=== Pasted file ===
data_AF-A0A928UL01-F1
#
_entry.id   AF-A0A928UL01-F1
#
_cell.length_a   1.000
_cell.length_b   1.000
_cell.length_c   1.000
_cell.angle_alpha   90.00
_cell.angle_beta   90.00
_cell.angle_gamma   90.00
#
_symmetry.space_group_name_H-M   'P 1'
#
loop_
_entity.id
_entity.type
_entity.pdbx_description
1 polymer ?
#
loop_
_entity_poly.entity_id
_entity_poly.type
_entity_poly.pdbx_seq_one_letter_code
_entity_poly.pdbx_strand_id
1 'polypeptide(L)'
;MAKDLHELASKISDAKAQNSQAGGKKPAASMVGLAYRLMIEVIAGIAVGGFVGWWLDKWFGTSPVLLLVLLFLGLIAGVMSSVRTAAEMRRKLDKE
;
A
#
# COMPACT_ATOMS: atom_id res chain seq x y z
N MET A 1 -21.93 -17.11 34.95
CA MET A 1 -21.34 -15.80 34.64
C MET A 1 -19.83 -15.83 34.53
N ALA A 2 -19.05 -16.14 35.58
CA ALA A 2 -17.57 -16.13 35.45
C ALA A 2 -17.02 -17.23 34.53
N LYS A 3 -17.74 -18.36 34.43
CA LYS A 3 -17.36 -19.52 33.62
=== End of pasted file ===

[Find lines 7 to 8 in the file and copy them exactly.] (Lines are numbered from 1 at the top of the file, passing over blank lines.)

_cell.length_c   1.000
_cell.angle_alpha   90.00